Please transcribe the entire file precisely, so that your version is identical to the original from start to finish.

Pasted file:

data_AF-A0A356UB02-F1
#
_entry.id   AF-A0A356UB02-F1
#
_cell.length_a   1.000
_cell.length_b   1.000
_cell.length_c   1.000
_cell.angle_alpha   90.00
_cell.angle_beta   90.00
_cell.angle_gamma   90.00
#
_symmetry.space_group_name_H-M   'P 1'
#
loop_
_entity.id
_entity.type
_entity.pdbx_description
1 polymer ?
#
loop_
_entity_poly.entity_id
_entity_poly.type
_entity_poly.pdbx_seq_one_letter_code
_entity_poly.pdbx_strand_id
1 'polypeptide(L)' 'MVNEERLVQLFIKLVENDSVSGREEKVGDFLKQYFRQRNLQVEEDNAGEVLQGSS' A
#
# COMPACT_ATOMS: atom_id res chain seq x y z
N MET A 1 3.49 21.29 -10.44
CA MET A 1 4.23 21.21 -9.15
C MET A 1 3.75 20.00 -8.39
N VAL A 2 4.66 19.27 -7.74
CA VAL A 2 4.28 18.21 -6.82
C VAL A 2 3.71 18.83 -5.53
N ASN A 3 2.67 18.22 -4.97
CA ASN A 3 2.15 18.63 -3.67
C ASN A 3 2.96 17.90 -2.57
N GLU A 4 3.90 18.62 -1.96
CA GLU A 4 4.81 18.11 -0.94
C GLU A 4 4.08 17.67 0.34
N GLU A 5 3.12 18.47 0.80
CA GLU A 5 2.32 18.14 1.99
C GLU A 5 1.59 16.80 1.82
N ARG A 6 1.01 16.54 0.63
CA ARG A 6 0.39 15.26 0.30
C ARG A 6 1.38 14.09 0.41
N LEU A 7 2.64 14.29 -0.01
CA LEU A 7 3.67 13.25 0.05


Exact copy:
data_AF-A0A356UB02-F1
#
_entry.id   AF-A0A356UB02-F1
#
_cell.length_a   1.000
_cell.length_b   1.000
_cell.length_c   1.000
_cell.angle_alpha   90.00
_cell.angle_beta   90.00
_cell.angle_gamma   90.00
#
_symmetry.space_group_name_H-M   'P 1'
#
loop_
_entity.id
_entity.type
_entity.pdbx_description
1 polymer ?
#
loop_
_entity_poly.entity_id
_entity_poly.type
_entity_poly.pdbx_seq_one_letter_code
_entity_poly.pdbx_strand_id
1 'polypeptide(L)' 'MVNEERLVQLFIKLVENDSVSGREEKVGDFLKQYFRQRNLQVEEDNAGEVLQGSS' A
#
# COMPACT_ATOMS: atom_id res chain seq x y z
N MET A 1 3.49 21.29 -10.44
CA MET A 1 4.23 21.21 -9.15
C MET A 1 3.75 20.00 -8.39
N VAL A 2 4.66 19.27 -7.74
CA VAL A 2 4.28 18.21 -6.82
C VAL A 2 3.71 18.83 -5.53
N ASN A 3 2.67 18.22 -4.97
CA ASN A 3 2.15 18.63 -3.67
C ASN A 3 2.96 17.90 -2.57
N GLU A 4 3.90 18.62 -1.96
CA GLU A 4 4.81 18.11 -0.94
C GLU A 4 4.08 17.67 0.34
N GLU A 5 3.12 18.47 0.80
CA GLU A 5 2.32 18.14 1.99
C GLU A 5 1.59 16.80 1.82
N ARG A 6 1.01 16.54 0.63
CA ARG A 6 0.39 15.26 0.30
C ARG A 6 1.38 14.09 0.41
N LEU A 7 2.64 14.29 -0.01
CA LEU A 7 3.67 13.25 0.05